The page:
This month marks the begging of the T-Charge (Toxicity-Charge) in London but what kind of effect will it have on the city? The T-Charge aims to further reduce the amount of dangerous pollution in London by imposing a charge on drivers of older vehicles that are heavy polluters.
There will be a ten-pound charge on vehicles that were registered before 2006 or that don’t meet the Euro IV exhaust standard. The charge will cover the entirety of Central London. This fee stacks with the congestion charge that was introduced in 2003, meaning some drivers will be paying £21.50 to drive in Central London. It will only be charged between 7am and 6pm. The T-Charge will be implemented using the current equipment used to enforce the congestion charge. The Mayors office has suggested that it could affect around 34,000 motorists each month.
Pollution is an important issue in London and this measure is one of several that Sadiq Khan has introduced since assuming office. He recently suggested that banning the use of wood burning stoves could be introduced in order to further reduce air pollution. The Government have also been introducing plans to try and tackle air pollution. However will the T-Charge be more effective than these measures or does it punish poorer drivers?
Will it be effective?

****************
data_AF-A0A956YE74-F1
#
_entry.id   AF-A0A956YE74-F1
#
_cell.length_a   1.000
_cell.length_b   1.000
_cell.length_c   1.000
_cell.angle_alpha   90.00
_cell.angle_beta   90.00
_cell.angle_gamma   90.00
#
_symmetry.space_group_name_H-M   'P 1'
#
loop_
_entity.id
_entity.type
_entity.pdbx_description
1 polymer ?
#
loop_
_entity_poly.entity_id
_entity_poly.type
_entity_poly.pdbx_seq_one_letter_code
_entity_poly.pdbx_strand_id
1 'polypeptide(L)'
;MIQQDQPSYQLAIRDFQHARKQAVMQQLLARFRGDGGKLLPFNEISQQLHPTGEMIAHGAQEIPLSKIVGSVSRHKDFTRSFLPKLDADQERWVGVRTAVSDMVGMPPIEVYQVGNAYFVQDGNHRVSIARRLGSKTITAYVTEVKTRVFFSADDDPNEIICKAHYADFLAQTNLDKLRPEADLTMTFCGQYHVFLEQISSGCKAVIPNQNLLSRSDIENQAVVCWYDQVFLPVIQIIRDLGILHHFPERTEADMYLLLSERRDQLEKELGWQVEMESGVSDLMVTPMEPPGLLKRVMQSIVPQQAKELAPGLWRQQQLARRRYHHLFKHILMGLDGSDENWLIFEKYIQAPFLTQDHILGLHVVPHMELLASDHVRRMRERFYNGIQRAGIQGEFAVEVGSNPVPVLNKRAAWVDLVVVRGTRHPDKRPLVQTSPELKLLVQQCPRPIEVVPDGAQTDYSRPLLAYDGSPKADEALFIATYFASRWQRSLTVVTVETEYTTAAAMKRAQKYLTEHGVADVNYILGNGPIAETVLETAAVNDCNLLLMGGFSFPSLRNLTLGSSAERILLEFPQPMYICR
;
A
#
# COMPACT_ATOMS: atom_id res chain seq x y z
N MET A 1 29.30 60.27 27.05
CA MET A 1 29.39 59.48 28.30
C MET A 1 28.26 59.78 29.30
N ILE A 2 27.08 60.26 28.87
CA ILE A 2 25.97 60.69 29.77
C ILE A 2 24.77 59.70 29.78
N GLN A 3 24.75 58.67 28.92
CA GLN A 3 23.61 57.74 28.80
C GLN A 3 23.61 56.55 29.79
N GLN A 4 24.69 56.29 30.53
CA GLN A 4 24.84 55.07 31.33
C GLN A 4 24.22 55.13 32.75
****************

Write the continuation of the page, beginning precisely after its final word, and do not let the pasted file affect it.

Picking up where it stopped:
Air quality campaigners have welcomed the T-Charge but say that it is not strong enough and have suggested that diesel vehicles should be banned entirely in Central London. Diesel vehicles are heavy polluters but are used in many commercial settings, banning them entirely would have more of an effect than the T-Charge but it would harm business.
The T-Charge has also been criticised because it may impact poorer drivers disproportionately. This is because they are less able to upgrade cars so will be more likely to be driving a car that pre-dates 2006 and has an out-dated exhaust system. This means they are more likely to have to pay the charge. This is seemingly unfair but it does incentivise drivers to upgrade to more modern vehicles and parts that have higher emission standards.
In many ways the T-Charge is ineffective, the number of vehicles that it will actually affect is hotly disputed. Last year TfL said it would affect 10,000 cars a day but this year have revised that down to 6,500. Both of these are higher than the Mayors prediction that it will affect 34,000 motorists each month. The policy is a step in the right direction because air pollution has to be reduced in London. However only time will tell if this policy has a significant impact on the currently dangerous levels of pollution in the capital.
What do you think about the T-Charge, will it work? Share your thoughts in the comments.
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